Close friend fails to keep in contact
Dear Annie: For almost three years after college, I worked at a science camp in the nearby mountains yearround. I was working with a group of five other counselors, and we became incredibly close. Working together nine-plus hours a day with like-minded people who are similar in age will do that. It was very fun doing what we all loved for so long, but in the past two months, most of us have decided to move on. Of the five of us — The Fab Five! — only one still works at the camp, “Joey.” The other four of us are all at different, more classically “adult” jobs.
Though we promised to stay in touch and be just as close, it’s not been happening that way. With different schedules, commutes, relationship statuses, etc., it’s much harder to be as present in one another’s lives. The four of us who left have met up a few times, but Joey always has a reason she can’t make it. Though she says she is sad and misses us, she doesn’t offer up alternative dates or plans that would work for her. I don’t want to take it personally, but it’s hard not to think that she feels abandoned or is purposefully not coming or is mad. I’m not sure how to approach her about this. Annie, do you have any recommendations?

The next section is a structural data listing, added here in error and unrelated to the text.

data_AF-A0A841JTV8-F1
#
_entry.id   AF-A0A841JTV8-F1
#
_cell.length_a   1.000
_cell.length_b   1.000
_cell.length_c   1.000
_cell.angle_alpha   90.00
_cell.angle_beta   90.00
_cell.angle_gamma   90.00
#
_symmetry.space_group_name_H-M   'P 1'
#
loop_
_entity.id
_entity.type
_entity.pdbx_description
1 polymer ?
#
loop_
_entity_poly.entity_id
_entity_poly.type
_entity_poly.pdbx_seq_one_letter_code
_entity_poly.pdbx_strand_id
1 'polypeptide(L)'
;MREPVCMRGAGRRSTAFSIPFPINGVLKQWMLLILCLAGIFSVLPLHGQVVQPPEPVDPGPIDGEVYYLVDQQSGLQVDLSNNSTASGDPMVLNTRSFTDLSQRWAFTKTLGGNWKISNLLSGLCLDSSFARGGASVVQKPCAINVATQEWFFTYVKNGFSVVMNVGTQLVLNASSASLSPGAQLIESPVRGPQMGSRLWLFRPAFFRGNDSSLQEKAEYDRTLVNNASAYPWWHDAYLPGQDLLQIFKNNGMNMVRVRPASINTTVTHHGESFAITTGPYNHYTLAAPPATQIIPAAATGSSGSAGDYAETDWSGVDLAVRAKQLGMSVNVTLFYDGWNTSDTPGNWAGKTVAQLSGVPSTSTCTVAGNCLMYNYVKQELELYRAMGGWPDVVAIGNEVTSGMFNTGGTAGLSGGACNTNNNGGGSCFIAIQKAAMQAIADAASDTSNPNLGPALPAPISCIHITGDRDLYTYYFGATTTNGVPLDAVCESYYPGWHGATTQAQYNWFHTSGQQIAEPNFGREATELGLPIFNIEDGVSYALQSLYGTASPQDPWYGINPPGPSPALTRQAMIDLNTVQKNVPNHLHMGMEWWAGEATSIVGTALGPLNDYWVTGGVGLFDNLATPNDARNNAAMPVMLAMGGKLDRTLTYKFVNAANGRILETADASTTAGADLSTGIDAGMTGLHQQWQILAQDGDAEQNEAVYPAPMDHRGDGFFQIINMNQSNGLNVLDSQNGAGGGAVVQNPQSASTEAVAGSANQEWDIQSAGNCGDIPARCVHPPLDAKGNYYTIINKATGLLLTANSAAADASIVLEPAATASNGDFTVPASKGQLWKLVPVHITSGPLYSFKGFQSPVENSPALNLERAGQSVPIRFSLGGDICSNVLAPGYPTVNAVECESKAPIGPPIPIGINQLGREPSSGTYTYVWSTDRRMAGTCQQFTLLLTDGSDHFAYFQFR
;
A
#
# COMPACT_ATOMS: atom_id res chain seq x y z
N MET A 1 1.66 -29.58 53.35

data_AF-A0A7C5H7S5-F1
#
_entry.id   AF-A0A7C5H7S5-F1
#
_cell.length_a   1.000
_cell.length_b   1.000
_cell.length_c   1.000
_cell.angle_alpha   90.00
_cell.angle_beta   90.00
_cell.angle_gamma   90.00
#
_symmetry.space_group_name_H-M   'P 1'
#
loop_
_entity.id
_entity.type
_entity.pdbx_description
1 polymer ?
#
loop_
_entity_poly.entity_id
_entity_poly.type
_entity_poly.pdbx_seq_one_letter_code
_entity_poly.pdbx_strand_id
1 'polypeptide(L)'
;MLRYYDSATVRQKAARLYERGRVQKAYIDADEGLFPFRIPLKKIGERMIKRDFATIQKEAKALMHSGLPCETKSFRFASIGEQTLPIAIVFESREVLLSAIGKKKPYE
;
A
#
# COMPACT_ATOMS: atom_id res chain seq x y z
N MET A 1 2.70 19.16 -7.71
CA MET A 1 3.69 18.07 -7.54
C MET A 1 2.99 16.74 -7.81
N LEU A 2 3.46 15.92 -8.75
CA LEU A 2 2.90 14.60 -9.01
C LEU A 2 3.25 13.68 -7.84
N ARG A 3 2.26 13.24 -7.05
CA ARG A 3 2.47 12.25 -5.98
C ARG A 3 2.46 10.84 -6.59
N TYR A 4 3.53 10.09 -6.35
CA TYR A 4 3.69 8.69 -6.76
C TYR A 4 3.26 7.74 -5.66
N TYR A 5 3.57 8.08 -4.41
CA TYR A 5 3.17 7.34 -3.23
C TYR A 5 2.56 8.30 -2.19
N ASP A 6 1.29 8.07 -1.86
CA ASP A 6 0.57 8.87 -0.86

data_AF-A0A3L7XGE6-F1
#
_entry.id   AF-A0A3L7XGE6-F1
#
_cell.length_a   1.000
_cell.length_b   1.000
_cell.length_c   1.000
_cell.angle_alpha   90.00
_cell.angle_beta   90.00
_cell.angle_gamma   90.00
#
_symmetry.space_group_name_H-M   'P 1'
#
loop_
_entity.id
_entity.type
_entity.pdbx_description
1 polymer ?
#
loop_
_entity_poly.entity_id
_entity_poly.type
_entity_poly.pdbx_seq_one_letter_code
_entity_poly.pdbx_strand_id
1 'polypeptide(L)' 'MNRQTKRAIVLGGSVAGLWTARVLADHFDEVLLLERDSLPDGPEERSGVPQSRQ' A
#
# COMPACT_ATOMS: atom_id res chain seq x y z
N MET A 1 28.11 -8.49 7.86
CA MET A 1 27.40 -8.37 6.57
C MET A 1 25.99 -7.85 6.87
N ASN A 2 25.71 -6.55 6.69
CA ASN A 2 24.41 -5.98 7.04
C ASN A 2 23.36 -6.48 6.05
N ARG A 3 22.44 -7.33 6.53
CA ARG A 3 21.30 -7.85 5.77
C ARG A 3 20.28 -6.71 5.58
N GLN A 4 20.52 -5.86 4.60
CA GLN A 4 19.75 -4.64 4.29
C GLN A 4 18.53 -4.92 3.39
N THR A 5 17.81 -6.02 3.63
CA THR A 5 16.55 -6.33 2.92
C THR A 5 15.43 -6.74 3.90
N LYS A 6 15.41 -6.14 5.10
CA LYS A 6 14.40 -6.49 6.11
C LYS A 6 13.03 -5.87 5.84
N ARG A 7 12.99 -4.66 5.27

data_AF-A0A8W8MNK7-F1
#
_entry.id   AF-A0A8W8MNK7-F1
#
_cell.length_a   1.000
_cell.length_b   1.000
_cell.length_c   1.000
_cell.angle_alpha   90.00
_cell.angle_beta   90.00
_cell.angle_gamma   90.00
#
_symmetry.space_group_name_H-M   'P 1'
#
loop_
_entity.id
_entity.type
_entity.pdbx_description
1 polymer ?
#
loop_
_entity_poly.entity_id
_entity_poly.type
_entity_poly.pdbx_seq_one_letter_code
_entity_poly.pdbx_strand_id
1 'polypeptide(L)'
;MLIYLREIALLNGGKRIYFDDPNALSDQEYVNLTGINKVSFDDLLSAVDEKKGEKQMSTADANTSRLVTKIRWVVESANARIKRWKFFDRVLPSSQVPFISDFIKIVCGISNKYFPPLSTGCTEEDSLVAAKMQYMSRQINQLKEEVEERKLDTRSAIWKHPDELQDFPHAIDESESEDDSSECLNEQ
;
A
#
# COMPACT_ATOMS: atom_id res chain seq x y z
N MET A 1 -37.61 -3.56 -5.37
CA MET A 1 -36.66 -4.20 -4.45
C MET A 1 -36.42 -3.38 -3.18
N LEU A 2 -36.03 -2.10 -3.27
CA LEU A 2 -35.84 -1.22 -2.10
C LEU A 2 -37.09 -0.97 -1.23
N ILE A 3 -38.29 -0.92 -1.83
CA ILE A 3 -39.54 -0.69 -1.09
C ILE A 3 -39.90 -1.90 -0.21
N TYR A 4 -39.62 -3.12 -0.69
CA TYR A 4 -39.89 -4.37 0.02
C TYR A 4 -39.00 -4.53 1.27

Counselor in Need of Counsel Dear Counselor: Take her at her word, and trust that if she values the friendship as much as you do, she will eventually reach out. Sometimes particular friendships have an ebb and flow, and that’s OK. And sometimes people grow up and apart, and that is OK, too.
Dear Annie: Recently, you printed a letter from “Paulie,” who took issue with people saying “I apologize” rather than “I’m sorry.” You have previously recommended that people read “The 5 Love Languages,” which is a great book. The author of that book has also written a book about the various “languages” of an apology, aptly titled “The 5 Languages of Apology.” It’s worth reading.
Salem, Ore., Reader
Dear Salem: Thank you so much for the reading recommendation. I did not realize that Gary Chapman (along with Jennifer Thomas) had written a book on the subject of apologizing.
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